At this stage of life, term insurance remains an affordable option. However, you may also consider a term/permanent combination policy, particularly if you may have longer-term financial concerns, such as supporting a child with special needs.
By the time you reach your 40s and 50s, you may have accumulated more assets and a larger financial cushion. However, you may also still have a mortgage, vehicle loans, credit card debt, and more. If your children are grown, you may find that you don’t need as much life insurance as you once did. Nonetheless, your life insurance can still provide important coverage, including income protection, debt payoffs, and final expense protection.
At this point, your term life insurance policies may also be coming to an end, making it important to re-evaluate your needs. You may decide to convert your term policies to permanent policies or let them lapse.
In some cases, a new permanent policy may be worth considering. This could include a whole life policy or a permanent life insurance policy with a long-term-care rider, which can help offset future expenses such as the cost of a nursing home or a home health aide.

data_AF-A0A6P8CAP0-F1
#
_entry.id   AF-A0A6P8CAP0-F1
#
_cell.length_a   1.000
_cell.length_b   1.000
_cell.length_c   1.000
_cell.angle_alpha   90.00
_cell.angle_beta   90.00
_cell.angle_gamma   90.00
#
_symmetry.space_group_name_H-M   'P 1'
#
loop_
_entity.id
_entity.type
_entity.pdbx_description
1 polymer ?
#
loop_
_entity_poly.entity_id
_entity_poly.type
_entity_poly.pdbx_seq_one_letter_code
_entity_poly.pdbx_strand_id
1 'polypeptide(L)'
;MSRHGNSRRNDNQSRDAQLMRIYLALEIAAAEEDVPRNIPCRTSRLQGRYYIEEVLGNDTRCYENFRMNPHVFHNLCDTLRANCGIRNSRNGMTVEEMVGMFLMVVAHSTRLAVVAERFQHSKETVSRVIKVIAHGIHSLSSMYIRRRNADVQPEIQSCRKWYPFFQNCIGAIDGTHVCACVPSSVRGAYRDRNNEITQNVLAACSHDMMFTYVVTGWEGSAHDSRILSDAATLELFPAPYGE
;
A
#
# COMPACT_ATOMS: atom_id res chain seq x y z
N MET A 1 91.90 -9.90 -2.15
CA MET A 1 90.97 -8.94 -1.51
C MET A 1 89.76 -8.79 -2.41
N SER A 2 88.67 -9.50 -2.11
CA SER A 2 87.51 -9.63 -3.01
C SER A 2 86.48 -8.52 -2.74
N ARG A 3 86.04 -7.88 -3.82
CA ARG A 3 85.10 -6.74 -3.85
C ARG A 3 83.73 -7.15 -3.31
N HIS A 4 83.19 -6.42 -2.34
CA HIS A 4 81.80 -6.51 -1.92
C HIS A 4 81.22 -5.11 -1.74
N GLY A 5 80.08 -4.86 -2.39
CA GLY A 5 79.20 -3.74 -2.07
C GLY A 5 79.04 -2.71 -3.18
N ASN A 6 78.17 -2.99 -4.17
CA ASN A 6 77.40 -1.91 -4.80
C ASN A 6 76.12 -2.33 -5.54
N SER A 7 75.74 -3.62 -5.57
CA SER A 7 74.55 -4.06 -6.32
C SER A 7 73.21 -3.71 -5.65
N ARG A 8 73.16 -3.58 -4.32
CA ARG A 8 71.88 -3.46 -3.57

Your Golden Years
As you reach your retirement years, your focus may shift toward securing your financial legacy. If you still have outstanding debts, life insurance coverage can help prevent them from being passed on to your loved ones.
While you may no longer need income protection, an insurance policy’s death benefit can become an inheritance for your children or grandchildren. However, if income is an issue, this may be the time to re-evaluate whether you need coverage at all. If you have paid off your debts, don’t have financial dependents, and have enough cash to cover final expense costs, then life insurance coverage may be unnecessary.
If you still have dependents or you’re concerned about the cost of final expenses, a term or permanent policy may help cover these costs.
Permanent life insurance with a cash value component can also be an attractive option for retirees. These policies provide lifelong coverage as long as you make the premium payments. They also allow you to access the cash value while you are still alive. This can help you supplement your retirement income or use it for unexpected medical expenses or other costs.
Evaluating Your Life Insurance Needs
Many people think of buying life insurance as a one-time task. However, as you can see, it’s common for your needs to change throughout your lifetime. The policies you purchased in your 30s may not be ideal as you approach your retirement years. Periodically evaluating your coverage can help you create an overall financial plan that fits your current needs and goals. If you haven’t reviewed your coverage recently, now may be a good time to take another look.